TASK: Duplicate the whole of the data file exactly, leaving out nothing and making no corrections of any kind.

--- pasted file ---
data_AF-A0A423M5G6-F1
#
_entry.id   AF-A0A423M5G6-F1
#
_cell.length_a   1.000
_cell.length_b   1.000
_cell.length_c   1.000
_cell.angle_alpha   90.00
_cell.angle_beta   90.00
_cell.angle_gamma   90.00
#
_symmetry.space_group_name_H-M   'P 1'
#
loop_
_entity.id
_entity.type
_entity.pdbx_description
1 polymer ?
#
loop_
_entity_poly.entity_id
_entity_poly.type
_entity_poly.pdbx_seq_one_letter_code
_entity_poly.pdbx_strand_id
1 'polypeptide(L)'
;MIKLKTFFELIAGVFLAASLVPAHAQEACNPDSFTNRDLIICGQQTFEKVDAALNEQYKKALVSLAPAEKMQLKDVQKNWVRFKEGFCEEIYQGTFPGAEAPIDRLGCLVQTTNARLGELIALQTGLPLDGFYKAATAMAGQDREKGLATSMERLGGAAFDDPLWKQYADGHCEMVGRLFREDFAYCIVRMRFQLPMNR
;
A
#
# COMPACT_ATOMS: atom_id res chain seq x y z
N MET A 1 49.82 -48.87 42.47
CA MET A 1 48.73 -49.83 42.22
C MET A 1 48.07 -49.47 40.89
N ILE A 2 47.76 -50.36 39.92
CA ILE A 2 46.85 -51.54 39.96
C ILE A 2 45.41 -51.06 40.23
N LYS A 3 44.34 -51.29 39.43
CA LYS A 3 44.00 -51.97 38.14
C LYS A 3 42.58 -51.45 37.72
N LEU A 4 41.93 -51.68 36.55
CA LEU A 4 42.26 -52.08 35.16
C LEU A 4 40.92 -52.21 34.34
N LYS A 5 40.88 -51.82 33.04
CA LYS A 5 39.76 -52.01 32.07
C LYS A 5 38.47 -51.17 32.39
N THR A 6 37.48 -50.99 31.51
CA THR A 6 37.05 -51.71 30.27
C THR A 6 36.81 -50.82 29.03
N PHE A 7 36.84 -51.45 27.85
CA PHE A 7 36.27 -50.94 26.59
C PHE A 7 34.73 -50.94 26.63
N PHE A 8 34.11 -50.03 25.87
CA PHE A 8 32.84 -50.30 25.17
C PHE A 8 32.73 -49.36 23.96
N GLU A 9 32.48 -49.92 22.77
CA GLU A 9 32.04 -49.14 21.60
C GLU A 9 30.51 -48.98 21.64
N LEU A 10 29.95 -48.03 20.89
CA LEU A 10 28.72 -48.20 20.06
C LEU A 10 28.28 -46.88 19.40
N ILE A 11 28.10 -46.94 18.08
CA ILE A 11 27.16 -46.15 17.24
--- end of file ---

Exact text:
data_AF-A0A423M5G6-F1
#
_entry.id   AF-A0A423M5G6-F1
#
_cell.length_a   1.000
_cell.length_b   1.000
_cell.length_c   1.000
_cell.angle_alpha   90.00
_cell.angle_beta   90.00
_cell.angle_gamma   90.00
#
_symmetry.space_group_name_H-M   'P 1'
#
loop_
_entity.id
_entity.type
_entity.pdbx_description
1 polymer ?
#
loop_
_entity_poly.entity_id
_entity_poly.type
_entity_poly.pdbx_seq_one_letter_code
_entity_poly.pdbx_strand_id
1 'polypeptide(L)'
;MIKLKTFFELIAGVFLAASLVPAHAQEACNPDSFTNRDLIICGQQTFEKVDAALNEQYKKALVSLAPAEKMQLKDVQKNWVRFKEGFCEEIYQGTFPGAEAPIDRLGCLVQTTNARLGELIALQTGLPLDGFYKAATAMAGQDREKGLATSMERLGGAAFDDPLWKQYADGHCEMVGRLFREDFAYCIVRMRFQLPMNR
;
A
#
# COMPACT_ATOMS: atom_id res chain seq x y z
N MET A 1 49.82 -48.87 42.47
CA MET A 1 48.73 -49.83 42.22
C MET A 1 48.07 -49.47 40.89
N ILE A 2 47.76 -50.36 39.92
CA ILE A 2 46.85 -51.54 39.96
C ILE A 2 45.41 -51.06 40.23
N LYS A 3 44.34 -51.29 39.43
CA LYS A 3 44.00 -51.97 38.14
C LYS A 3 42.58 -51.45 37.72
N LEU A 4 41.93 -51.68 36.55
CA LEU A 4 42.26 -52.08 35.16
C LEU A 4 40.92 -52.21 34.34
N LYS A 5 40.88 -51.82 33.04
CA LYS A 5 39.76 -52.01 32.07
C LYS A 5 38.47 -51.17 32.39
N THR A 6 37.48 -50.99 31.51
CA THR A 6 37.05 -51.71 30.27
C THR A 6 36.81 -50.82 29.03
N PHE A 7 36.84 -51.45 27.85
CA PHE A 7 36.27 -50.94 26.59
C PHE A 7 34.73 -50.94 26.63
N PHE A 8 34.11 -50.03 25.87
CA PHE A 8 32.84 -50.30 25.17
C PHE A 8 32.73 -49.36 23.96
N GLU A 9 32.48 -49.92 22.77
CA GLU A 9 32.04 -49.14 21.60
C GLU A 9 30.51 -48.98 21.64
N LEU A 10 29.95 -48.03 20.89
CA LEU A 10 28.72 -48.20 20.06
C LEU A 10 28.28 -46.88 19.40
N ILE A 11 28.10 -46.94 18.08
CA ILE A 11 27.16 -46.15 17.24